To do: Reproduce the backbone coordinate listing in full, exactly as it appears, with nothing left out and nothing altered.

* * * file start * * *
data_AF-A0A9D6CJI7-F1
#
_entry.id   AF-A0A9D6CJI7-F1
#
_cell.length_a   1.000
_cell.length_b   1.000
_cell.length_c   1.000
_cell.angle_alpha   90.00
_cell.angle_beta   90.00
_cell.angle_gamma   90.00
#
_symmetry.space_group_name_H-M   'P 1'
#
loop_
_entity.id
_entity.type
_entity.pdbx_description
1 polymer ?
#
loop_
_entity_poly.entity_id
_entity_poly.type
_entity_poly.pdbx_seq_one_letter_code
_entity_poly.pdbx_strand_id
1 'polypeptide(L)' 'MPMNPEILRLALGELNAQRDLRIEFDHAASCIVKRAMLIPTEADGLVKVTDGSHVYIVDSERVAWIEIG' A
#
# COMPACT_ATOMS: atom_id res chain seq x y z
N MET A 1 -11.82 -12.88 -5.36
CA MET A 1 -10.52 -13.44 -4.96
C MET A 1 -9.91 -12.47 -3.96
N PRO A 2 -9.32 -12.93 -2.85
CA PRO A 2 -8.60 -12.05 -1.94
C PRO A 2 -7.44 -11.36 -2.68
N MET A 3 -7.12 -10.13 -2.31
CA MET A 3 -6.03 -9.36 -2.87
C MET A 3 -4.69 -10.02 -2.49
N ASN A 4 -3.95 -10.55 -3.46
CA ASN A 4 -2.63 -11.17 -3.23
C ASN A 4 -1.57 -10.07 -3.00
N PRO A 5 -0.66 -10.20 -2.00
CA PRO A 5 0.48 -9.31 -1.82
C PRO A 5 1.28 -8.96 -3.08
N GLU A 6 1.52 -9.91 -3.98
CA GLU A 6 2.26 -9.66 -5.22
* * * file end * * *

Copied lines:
data_AF-A0A9D6CJI7-F1
#
_entry.id   AF-A0A9D6CJI7-F1
#
_cell.length_a   1.000
_cell.length_b   1.000
_cell.length_c   1.000
_cell.angle_alpha   90.00
_cell.angle_beta   90.00
_cell.angle_gamma   90.00
#
_symmetry.space_group_name_H-M   'P 1'
#
loop_
_entity.id
_entity.type
_entity.pdbx_description
1 polymer ?
#
loop_
_entity_poly.entity_id
_entity_poly.type
_entity_poly.pdbx_seq_one_letter_code
_entity_poly.pdbx_strand_id
1 'polypeptide(L)' 'MPMNPEILRLALGELNAQRDLRIEFDHAASCIVKRAMLIPTEADGLVKVTDGSHVYIVDSERVAWIEIG' A
#
# COMPACT_ATOMS: atom_id res chain seq x y z
N MET A 1 -11.82 -12.88 -5.36
CA MET A 1 -10.52 -13.44 -4.96
C MET A 1 -9.91 -12.47 -3.96
N PRO A 2 -9.32 -12.93 -2.85
CA PRO A 2 -8.60 -12.05 -1.94
C PRO A 2 -7.44 -11.36 -2.68
N MET A 3 -7.12 -10.13 -2.31
CA MET A 3 -6.03 -9.36 -2.87
C MET A 3 -4.69 -10.02 -2.49
N ASN A 4 -3.95 -10.55 -3.46
CA ASN A 4 -2.63 -11.17 -3.23
C ASN A 4 -1.57 -10.07 -3.00
N PRO A 5 -0.66 -10.20 -2.00
CA PRO A 5 0.48 -9.31 -1.82
C PRO A 5 1.28 -8.96 -3.08
N GLU A 6 1.52 -9.91 -3.98
CA GLU A 6 2.26 -9.66 -5.22